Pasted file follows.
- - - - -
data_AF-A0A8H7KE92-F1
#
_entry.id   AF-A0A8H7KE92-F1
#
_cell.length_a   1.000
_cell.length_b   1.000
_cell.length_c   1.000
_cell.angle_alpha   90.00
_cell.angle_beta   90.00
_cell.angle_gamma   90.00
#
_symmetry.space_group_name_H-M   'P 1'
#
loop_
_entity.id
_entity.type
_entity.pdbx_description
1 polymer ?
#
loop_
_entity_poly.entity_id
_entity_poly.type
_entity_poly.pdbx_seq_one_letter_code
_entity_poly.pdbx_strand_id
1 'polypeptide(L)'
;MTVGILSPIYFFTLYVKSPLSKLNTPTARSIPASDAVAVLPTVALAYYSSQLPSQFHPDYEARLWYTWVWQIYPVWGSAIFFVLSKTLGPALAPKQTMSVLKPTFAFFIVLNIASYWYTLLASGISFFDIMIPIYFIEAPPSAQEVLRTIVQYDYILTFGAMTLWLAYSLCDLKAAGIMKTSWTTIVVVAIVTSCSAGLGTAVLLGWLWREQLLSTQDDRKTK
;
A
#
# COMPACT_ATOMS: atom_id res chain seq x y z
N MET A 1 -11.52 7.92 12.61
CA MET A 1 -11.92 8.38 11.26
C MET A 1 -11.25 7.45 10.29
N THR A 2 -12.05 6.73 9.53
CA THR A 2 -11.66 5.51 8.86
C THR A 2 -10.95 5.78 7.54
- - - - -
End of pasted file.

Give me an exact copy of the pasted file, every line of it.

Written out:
data_AF-A0A8H7KE92-F1
#
_entry.id   AF-A0A8H7KE92-F1
#
_cell.length_a   1.000
_cell.length_b   1.000
_cell.length_c   1.000
_cell.angle_alpha   90.00
_cell.angle_beta   90.00
_cell.angle_gamma   90.00
#
_symmetry.space_group_name_H-M   'P 1'
#
loop_
_entity.id
_entity.type
_entity.pdbx_description
1 polymer ?
#
loop_
_entity_poly.entity_id
_entity_poly.type
_entity_poly.pdbx_seq_one_letter_code
_entity_poly.pdbx_strand_id
1 'polypeptide(L)'
;MTVGILSPIYFFTLYVKSPLSKLNTPTARSIPASDAVAVLPTVALAYYSSQLPSQFHPDYEARLWYTWVWQIYPVWGSAIFFVLSKTLGPALAPKQTMSVLKPTFAFFIVLNIASYWYTLLASGISFFDIMIPIYFIEAPPSAQEVLRTIVQYDYILTFGAMTLWLAYSLCDLKAAGIMKTSWTTIVVVAIVTSCSAGLGTAVLLGWLWREQLLSTQDDRKTK
;
A
#
# COMPACT_ATOMS: atom_id res chain seq x y z
N MET A 1 -11.52 7.92 12.61
CA MET A 1 -11.92 8.38 11.26
C MET A 1 -11.25 7.45 10.29
N THR A 2 -12.05 6.73 9.53
CA THR A 2 -11.66 5.51 8.86
C THR A 2 -10.95 5.78 7.54